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Cubs' Dispute With Rooftop Owners Gets Even More Contentious

You didn't think this would get resolved peacefully, did you?

Jonathan Daniel/Getty Images

The dispute between the Cubs and owners of rooftop clubs surrounding Wrigley Field has dragged on for years. It delayed the beginning of the Wrigley restoration project under threat of lawsuit.

This report in the Tribune indicates that things still aren't good between the team and the rooftop owners. Why?

At a meeting of the Commission on Chicago Landmarks, which has approved several outfield signs that could obstruct rooftop views, a lawyer for a handful of rooftop clubs accused a team official of using the proposed signs to intimidate owners into selling their businesses below market value.

"Crane Kenney repeatedly told rooftop owners that ... he could now block their views and put them out of business," attorney Tom Moore said of the team's president of business operations. "Alternatively, he said that he would buy their businesses at fire sale prices — take it or leave it."

George Loukas, who owns three rooftop clubs, told the Tribune that the negotiating playing field is not level, but he was more diplomatic about the situation.

"The Cubs are holding all the cards," he said. "They have all the leverage."

About a month ago it was reported (and chronicled here at BCB) that Loukas was in negotiations to sell a couple of the buildings he owns to the Ricketts family. To my knowledge, that deal has not yet been completed.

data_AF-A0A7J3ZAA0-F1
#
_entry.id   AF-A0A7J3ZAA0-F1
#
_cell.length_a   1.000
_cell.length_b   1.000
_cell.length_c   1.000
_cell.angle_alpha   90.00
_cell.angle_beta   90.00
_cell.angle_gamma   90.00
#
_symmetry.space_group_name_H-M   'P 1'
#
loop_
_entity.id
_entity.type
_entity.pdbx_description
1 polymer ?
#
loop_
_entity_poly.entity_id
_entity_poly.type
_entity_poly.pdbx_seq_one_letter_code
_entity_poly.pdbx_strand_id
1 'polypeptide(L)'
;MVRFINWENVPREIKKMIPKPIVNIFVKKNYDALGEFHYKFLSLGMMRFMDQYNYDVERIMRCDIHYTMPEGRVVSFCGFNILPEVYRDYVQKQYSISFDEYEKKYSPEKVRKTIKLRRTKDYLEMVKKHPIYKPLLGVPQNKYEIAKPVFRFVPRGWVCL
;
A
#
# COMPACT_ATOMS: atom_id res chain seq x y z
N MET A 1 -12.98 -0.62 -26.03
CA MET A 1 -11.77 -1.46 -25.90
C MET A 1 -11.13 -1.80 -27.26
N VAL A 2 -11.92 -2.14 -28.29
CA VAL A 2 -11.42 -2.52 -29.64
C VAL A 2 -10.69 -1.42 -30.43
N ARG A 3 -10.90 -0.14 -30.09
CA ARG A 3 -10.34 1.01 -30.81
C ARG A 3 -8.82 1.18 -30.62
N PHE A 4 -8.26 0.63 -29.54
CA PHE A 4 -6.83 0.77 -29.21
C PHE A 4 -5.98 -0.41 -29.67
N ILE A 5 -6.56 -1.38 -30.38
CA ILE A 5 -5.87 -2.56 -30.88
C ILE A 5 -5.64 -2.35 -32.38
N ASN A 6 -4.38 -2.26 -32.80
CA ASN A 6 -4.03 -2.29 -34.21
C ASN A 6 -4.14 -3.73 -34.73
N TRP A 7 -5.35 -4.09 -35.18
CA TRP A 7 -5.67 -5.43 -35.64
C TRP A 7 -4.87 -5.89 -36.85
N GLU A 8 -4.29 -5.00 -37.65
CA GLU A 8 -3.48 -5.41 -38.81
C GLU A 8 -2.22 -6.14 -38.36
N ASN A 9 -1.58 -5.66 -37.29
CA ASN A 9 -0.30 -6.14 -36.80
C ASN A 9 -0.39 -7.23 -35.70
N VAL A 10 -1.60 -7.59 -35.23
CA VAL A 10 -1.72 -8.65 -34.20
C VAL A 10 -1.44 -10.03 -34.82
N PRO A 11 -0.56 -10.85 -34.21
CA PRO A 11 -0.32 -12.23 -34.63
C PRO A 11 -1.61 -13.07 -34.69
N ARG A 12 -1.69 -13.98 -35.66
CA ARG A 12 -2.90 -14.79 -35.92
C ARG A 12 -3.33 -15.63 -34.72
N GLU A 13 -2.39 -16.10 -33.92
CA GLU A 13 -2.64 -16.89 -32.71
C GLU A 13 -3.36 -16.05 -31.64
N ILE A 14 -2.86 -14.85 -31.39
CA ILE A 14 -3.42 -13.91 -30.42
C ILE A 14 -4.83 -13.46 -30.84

The Tribune article quotes Ricketts family spokesman Dennis Culloton about Moore's statement:

"Mr. Moore zealously advocates for his clients, but the Cubs and the Ricketts family are doing exactly what the team chairman said he would do last summer," Culloton said. "The team spent a year negotiating with rooftops and amid threats of litigation won the right to put up signs. Ultimately, all of the discussions have involved the team discussing values far in excess of what North Side real estate would justify."

The rest of the article sums up the dispute to date, and also gives this interesting information from Max Waisvisz, who is a part-owner of one of the clubs:

Last month, partners in three rooftop buildings on Sheffield were threatened with foreclosure in a lawsuit brought by Fifth Third Bank. The bank accuses the owners of failing to make payments on two multimillion-dollar mortgages.

Max Waisvisz, one of the partners, said the bank also pulled the rooftops' line of credit — $1.4 million — that they expected to help pay the bills during the offseason and is limiting preparation for next season.

He said they are working on a bank loan but still would need an additional $5 million from investors, a feat Waisvisz conceded is proving tough.

"People don't want to invest in my rooftops because of the uncertainty of the views," he said.

"We just want to get out of it," he added.

This would seem the likely endgame for pretty much all the building owners on Waveland and Sheffield. These businesses began, and had their heyday, from the late 1990s to the late 2000s, a decade during which the Cubs had attendance peaks and multiple playoff appearances. During that time it was likely easy for the rooftop clubs to sell out most games and make money. With the team playing poorly over the last five seasons and the economy still recovering from recession, it's no surprise that these businesses have had some problems.

As I've written before, it was one of Tribune Company's biggest mistakes not to buy all these buildings in the early 1980s when they could have been had for relatively small sums. The Ricketts family will have to pay more for them, obviously, but whether those are "fire sale" prices or not remains to be seen.

In my view, the Cubs and/or the Ricketts family will wind up owning most if not all of the buildings on Waveland and Sheffield and can thus expand the team's footprint. What they eventually use those buildings for is a question that might not be answered for many years to come.